Once your dog has finished the teething phase, his ears should go back to those adorable at ears French Bulldogs are known for.
More Reasons For Floppy Ears of a French Bulldog
There are various reasons why your French Bulldog has floppy ears into adulthood. Although rare, here are some theories:
In some cases, your Frenchie may have floppy ears due to genetics. That doesn’t mean there’s anything wrong with your pup. It just means that your dog is unique. That said, ethical breeders comply with certain breeding standards. They should be careful when breeding to eliminate or lower the risk of genetic abnormalities.
Although unlikely, ear trauma at an early age may cause permanent damage. This could cause your dog’s ears to droop.
Theories on How to Encourage Pointy Ears During the Teething Phase
Although there is limited data on the following suggestions, they can’t hurt your dog. Always consult with a veterinarian before changing your dog’s diet.
1. Professional Ear Taping
Taping is a common and painless procedure that should be performed by the breeder. It requires a piece of masking tape that is 1.5 inches in width.
The breeder will pull the bulldog’s ears into a flat position on the head. They then wrap the tape around the base of the ear and repeat on the other side.
After both ears are propped up by tape, another strip is used to connect both ears across the top of their heads. This offers reinforcement. The tape can be left on for five days before it’s gently removed.
Some people choose to repeat the process after 3 months.
2. Veterinarian Calcium Injection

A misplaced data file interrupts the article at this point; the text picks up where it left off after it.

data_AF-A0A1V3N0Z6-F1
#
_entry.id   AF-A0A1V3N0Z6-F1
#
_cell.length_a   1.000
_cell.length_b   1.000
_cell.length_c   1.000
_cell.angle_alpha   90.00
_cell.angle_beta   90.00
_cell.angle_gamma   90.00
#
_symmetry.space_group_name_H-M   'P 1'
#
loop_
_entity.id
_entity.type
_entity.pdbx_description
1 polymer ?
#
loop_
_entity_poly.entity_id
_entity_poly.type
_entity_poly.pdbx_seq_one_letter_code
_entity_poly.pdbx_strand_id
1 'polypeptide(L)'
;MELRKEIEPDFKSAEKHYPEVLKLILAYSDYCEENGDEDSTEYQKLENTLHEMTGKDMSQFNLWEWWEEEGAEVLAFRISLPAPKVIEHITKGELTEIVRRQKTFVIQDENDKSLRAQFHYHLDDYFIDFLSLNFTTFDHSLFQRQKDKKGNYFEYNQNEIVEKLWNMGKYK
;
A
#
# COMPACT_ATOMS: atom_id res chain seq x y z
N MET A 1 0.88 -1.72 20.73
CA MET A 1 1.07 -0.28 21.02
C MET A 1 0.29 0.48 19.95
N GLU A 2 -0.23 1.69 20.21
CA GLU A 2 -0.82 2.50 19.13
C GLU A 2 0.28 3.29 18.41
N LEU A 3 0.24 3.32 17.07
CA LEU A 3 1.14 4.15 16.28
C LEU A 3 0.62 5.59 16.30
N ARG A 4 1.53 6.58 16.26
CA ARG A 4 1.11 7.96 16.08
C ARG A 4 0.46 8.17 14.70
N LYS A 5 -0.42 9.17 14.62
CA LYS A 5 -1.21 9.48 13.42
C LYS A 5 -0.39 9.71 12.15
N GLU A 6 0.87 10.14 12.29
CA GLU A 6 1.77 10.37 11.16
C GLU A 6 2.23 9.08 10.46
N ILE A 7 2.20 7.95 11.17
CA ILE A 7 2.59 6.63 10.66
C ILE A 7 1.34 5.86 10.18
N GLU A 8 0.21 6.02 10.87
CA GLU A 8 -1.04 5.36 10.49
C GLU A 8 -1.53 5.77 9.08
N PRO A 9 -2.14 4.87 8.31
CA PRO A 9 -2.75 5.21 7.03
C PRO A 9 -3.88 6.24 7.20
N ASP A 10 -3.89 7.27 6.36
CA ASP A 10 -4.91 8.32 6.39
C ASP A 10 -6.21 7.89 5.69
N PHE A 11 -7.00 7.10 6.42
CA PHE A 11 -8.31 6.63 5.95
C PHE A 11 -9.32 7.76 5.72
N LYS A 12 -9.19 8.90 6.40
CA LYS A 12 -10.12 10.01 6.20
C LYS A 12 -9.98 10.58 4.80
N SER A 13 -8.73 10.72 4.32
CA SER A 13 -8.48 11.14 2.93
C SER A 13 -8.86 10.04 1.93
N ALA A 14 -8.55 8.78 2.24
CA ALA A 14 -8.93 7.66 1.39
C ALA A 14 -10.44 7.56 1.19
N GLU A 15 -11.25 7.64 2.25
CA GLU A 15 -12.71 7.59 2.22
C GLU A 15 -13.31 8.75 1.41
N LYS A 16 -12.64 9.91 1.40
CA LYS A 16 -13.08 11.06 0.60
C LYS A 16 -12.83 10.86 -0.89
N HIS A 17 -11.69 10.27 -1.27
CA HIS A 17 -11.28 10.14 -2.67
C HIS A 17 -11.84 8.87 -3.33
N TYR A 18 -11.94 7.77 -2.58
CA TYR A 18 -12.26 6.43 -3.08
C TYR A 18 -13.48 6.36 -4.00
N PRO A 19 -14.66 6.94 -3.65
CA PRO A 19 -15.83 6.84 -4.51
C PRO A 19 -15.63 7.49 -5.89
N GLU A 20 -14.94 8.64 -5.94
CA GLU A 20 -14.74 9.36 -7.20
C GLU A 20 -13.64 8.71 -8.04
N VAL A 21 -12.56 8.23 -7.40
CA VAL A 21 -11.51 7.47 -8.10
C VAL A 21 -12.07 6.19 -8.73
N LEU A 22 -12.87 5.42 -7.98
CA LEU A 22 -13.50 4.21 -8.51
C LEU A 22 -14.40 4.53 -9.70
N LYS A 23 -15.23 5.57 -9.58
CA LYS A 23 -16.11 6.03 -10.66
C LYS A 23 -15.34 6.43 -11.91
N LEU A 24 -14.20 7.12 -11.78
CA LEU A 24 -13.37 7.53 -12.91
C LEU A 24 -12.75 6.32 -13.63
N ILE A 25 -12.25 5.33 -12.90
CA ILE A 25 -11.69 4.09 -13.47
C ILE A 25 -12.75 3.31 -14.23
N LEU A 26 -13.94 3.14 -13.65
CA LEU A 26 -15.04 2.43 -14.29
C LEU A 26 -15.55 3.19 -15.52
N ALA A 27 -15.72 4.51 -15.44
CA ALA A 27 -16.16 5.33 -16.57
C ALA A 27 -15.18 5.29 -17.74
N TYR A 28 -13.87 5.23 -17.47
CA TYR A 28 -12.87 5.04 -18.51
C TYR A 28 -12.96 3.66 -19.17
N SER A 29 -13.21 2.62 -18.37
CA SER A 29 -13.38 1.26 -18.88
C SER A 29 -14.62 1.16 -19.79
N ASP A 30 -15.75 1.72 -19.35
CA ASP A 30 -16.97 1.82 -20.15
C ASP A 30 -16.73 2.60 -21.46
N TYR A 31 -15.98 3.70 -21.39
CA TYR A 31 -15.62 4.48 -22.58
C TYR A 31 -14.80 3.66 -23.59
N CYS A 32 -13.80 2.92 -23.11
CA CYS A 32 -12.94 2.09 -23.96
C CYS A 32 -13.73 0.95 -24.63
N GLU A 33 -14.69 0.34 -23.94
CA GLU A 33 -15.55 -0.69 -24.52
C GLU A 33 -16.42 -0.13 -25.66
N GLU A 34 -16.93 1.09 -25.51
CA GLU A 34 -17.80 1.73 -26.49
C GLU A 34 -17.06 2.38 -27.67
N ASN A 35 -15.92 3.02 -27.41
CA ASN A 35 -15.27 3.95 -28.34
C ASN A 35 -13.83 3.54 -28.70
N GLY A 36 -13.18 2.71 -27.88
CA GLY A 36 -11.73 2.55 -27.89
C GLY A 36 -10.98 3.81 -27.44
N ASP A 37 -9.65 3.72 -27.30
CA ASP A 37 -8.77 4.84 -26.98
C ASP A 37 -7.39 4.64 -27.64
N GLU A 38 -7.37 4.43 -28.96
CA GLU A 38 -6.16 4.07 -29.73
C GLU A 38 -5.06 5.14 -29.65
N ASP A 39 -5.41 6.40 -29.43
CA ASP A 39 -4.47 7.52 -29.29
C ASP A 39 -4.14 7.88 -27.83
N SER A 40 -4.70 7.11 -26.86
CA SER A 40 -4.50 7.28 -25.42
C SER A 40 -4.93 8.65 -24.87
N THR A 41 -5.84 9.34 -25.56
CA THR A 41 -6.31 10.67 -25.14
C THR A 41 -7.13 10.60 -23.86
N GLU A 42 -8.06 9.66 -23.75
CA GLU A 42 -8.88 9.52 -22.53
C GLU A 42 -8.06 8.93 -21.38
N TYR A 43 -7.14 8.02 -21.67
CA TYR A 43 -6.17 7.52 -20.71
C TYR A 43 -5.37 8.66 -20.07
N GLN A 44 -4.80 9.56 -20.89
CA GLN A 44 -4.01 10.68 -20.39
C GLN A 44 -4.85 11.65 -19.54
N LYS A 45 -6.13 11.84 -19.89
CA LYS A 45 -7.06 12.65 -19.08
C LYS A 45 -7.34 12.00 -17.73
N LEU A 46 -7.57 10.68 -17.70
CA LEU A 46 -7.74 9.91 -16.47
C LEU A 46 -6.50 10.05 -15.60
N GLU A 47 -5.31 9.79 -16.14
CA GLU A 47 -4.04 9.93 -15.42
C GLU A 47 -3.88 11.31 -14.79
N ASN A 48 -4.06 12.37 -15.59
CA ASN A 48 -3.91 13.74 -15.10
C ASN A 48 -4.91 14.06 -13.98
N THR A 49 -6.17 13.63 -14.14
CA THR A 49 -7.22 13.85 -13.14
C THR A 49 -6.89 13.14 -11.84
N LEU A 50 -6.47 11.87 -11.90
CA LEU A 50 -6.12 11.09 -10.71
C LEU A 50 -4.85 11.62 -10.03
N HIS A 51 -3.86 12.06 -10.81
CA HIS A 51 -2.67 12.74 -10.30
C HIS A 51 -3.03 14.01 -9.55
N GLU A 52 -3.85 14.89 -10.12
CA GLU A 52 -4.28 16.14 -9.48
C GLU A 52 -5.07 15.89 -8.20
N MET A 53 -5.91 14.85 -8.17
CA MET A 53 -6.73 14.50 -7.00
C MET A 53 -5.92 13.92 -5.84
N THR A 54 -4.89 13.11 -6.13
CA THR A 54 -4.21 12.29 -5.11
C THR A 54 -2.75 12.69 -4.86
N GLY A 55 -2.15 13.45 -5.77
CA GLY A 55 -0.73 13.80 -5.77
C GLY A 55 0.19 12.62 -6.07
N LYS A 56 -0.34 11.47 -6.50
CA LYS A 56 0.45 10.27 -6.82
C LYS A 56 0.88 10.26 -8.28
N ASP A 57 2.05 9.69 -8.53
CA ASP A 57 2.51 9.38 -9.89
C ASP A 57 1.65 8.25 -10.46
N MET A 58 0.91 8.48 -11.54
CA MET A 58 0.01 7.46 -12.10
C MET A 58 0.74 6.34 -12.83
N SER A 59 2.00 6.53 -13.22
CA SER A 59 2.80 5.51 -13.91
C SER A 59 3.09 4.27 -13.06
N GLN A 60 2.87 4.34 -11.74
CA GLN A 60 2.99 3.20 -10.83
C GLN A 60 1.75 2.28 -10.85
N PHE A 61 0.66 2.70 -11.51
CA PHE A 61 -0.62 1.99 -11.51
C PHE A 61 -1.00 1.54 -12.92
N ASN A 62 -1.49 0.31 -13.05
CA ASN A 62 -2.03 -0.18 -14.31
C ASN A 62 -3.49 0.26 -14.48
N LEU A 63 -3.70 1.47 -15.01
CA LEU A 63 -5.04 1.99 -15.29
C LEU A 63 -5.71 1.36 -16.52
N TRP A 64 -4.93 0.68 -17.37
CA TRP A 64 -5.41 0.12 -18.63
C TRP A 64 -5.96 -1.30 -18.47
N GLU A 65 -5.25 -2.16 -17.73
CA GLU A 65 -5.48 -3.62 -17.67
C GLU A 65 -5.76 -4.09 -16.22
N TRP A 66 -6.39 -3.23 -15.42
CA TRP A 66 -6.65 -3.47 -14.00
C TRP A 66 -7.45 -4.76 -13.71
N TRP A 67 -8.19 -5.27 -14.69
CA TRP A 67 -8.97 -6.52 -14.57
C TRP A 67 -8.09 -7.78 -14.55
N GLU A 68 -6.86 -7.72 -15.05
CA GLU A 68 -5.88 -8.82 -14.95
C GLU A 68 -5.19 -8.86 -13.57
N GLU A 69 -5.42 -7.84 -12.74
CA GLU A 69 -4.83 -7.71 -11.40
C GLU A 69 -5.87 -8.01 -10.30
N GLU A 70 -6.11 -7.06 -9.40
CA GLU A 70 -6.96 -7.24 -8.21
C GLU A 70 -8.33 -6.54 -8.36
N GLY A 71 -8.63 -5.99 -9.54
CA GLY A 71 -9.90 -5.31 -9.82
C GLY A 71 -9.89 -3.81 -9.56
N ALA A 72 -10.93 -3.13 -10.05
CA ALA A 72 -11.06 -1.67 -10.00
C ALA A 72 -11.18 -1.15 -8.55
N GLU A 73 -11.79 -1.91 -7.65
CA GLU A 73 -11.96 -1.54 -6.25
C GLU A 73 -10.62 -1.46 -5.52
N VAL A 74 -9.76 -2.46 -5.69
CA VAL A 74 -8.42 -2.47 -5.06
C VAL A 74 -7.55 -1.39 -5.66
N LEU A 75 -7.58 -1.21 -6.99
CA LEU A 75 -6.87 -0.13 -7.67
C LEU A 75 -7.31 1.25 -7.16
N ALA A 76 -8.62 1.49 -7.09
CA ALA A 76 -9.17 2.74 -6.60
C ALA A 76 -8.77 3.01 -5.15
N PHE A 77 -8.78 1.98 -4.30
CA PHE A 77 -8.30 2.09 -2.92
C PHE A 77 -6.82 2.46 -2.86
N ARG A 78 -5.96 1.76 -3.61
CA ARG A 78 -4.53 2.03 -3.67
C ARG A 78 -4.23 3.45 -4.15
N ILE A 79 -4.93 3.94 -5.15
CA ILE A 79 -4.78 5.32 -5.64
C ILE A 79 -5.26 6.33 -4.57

In some cases, a veterinarian may agree to prescribe calcium injections for your dog. This injection helps to boost calcium levels.
If your veterinarian does this, he/she may suggest not including additional calcium supplements in your dog’s diet. It’s thought that crushed eggshells are a good source of calcium without causing harm to the puppy.
3. Parasitic Medication
It’s important to protect your dog from parasites. This includes everything from fleas to worms and ticks.
Talk to your veterinarian during your pup’s regular vaccine schedule about the best product to use and the best time to start using them.
There’s no guarantee that this will help your dog develop upright ears. However, if your dog happens to have mites (painful and itchy within the ear canal), you may find your Frenchie pup constantly scratching and digging his ears.
Excessive scratching can damage the cartilage that holds the ears upright. It can also cause sores on the ear flap and generally make your Frenchie miserable.
4. How to Look After Frenchie’s Floppy Ears
Any dog with floppy ears will be prone to ear infections.
Moisture and debris collect within the ear because of the heavy flap covering the ear canal. As a dog exercise and plays (as he should!), the ears get dirtier.
NOTE: Even French bulldogs with fully erect ears should have them cleaned regularly. Because they are so open to the elements, they can easily become congested with dust, debris, and moisture.
Look for the link below to the best video you’ll ever see on caring for a French bulldog.
5. Chew Toys Are a Must-Have
Chew toys help your puppy develop strong jaw muscles. They also help lessen the discomfort of teething. Make sure to purchase strong, premium quality chew toys.
Those adult teeth are strong and as they break through they leave your puppy at higher risk of chewing toys apart. This becomes a serious choking risk.
Summing it up
At the end of the day, we just want our Frenchie’s to be as happy and healthy as possible. These little pups deserve as much as we can give them, and that includes loving care.
Don’t be alarmed if his/her ears are still floppy for a while. As your dog goes through the teething phase you can expect those ears to do weird and wonderful things (one ear up and one ear down!).
Remember, you can always check with the breeder if you have any questions or concerns about your little Frenchie. Did you rescue your French Bulldog? If so, congratulations! There are plenty of online resources available to help you with specific health-related questions, including Your Dog’s Health Matters.
Watch this highly-recommended video:
Anything French Bulldog and watch the most comprehensive and entertaining video you’ll ever find on caring for your French bulldog’s ears.